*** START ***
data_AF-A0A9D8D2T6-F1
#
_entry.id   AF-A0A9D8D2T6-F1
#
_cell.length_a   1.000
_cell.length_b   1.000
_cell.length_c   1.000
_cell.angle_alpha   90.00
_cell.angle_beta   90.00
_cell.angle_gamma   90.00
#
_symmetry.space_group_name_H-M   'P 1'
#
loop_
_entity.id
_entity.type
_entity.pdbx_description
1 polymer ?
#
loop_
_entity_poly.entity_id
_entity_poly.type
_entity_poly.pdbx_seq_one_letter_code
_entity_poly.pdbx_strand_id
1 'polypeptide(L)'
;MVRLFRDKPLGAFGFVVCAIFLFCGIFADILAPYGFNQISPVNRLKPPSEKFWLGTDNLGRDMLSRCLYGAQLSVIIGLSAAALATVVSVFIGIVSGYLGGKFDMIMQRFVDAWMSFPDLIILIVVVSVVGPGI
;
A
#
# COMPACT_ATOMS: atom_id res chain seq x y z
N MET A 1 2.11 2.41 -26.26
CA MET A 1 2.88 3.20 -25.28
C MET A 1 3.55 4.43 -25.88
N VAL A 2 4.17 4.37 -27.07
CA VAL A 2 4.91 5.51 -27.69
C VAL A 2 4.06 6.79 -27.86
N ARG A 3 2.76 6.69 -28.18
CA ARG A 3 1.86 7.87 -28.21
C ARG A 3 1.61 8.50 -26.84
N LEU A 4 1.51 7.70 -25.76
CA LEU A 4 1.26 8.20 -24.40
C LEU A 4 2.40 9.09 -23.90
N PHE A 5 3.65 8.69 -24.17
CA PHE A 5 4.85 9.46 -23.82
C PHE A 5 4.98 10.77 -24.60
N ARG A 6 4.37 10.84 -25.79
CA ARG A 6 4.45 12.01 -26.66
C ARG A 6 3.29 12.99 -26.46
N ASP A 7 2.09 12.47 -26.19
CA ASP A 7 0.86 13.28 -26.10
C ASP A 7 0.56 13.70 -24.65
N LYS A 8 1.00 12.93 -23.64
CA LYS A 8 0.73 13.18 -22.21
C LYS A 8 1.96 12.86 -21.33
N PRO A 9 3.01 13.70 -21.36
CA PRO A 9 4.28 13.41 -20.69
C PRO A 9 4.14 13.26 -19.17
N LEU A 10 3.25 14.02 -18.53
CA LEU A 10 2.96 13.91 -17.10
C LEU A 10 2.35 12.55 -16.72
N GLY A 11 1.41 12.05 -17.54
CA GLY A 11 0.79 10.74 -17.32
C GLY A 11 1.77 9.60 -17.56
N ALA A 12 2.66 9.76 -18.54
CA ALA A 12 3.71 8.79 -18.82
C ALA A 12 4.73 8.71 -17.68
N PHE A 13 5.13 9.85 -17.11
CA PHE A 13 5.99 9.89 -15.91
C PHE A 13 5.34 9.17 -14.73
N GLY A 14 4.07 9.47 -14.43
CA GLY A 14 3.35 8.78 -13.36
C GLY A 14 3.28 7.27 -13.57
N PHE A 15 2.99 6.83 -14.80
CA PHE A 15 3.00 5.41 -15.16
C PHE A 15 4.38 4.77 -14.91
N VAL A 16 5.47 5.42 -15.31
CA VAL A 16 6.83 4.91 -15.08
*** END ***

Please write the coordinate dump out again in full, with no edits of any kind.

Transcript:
data_AF-A0A9D8D2T6-F1
#
_entry.id   AF-A0A9D8D2T6-F1
#
_cell.length_a   1.000
_cell.length_b   1.000
_cell.length_c   1.000
_cell.angle_alpha   90.00
_cell.angle_beta   90.00
_cell.angle_gamma   90.00
#
_symmetry.space_group_name_H-M   'P 1'
#
loop_
_entity.id
_entity.type
_entity.pdbx_description
1 polymer ?
#
loop_
_entity_poly.entity_id
_entity_poly.type
_entity_poly.pdbx_seq_one_letter_code
_entity_poly.pdbx_strand_id
1 'polypeptide(L)'
;MVRLFRDKPLGAFGFVVCAIFLFCGIFADILAPYGFNQISPVNRLKPPSEKFWLGTDNLGRDMLSRCLYGAQLSVIIGLSAAALATVVSVFIGIVSGYLGGKFDMIMQRFVDAWMSFPDLIILIVVVSVVGPGI
;
A
#
# COMPACT_ATOMS: atom_id res chain seq x y z
N MET A 1 2.11 2.41 -26.26
CA MET A 1 2.88 3.20 -25.28
C MET A 1 3.55 4.43 -25.88
N VAL A 2 4.17 4.37 -27.07
CA VAL A 2 4.91 5.51 -27.69
C VAL A 2 4.06 6.79 -27.86
N ARG A 3 2.76 6.69 -28.18
CA ARG A 3 1.86 7.87 -28.21
C ARG A 3 1.61 8.50 -26.84
N LEU A 4 1.51 7.70 -25.76
CA LEU A 4 1.26 8.20 -24.40
C LEU A 4 2.40 9.09 -23.90
N PHE A 5 3.65 8.69 -24.17
CA PHE A 5 4.85 9.46 -23.82
C PHE A 5 4.98 10.77 -24.60
N ARG A 6 4.37 10.84 -25.79
CA ARG A 6 4.45 12.01 -26.66
C ARG A 6 3.29 12.99 -26.46
N ASP A 7 2.09 12.47 -26.19
CA ASP A 7 0.86 13.28 -26.10
C ASP A 7 0.56 13.70 -24.65
N LYS A 8 1.00 12.93 -23.64
CA LYS A 8 0.73 13.18 -22.21
C LYS A 8 1.96 12.86 -21.33
N PRO A 9 3.01 13.70 -21.36
CA PRO A 9 4.28 13.41 -20.69
C PRO A 9 4.14 13.26 -19.17
N LEU A 10 3.25 14.02 -18.53
CA LEU A 10 2.96 13.91 -17.10
C LEU A 10 2.35 12.55 -16.72
N GLY A 11 1.41 12.05 -17.54
CA GLY A 11 0.79 10.74 -17.32
C GLY A 11 1.77 9.60 -17.56
N ALA A 12 2.66 9.76 -18.54
CA ALA A 12 3.71 8.79 -18.82
C ALA A 12 4.73 8.71 -17.68
N PHE A 13 5.13 9.85 -17.11
CA PHE A 13 5.99 9.89 -15.91
C PHE A 13 5.34 9.17 -14.73
N GLY A 14 4.07 9.47 -14.43
CA GLY A 14 3.35 8.78 -13.36
C GLY A 14 3.28 7.27 -13.57
N PHE A 15 2.99 6.83 -14.80
CA PHE A 15 3.00 5.41 -15.16
C PHE A 15 4.38 4.77 -14.91
N VAL A 16 5.47 5.42 -15.31
CA VAL A 16 6.83 4.91 -15.08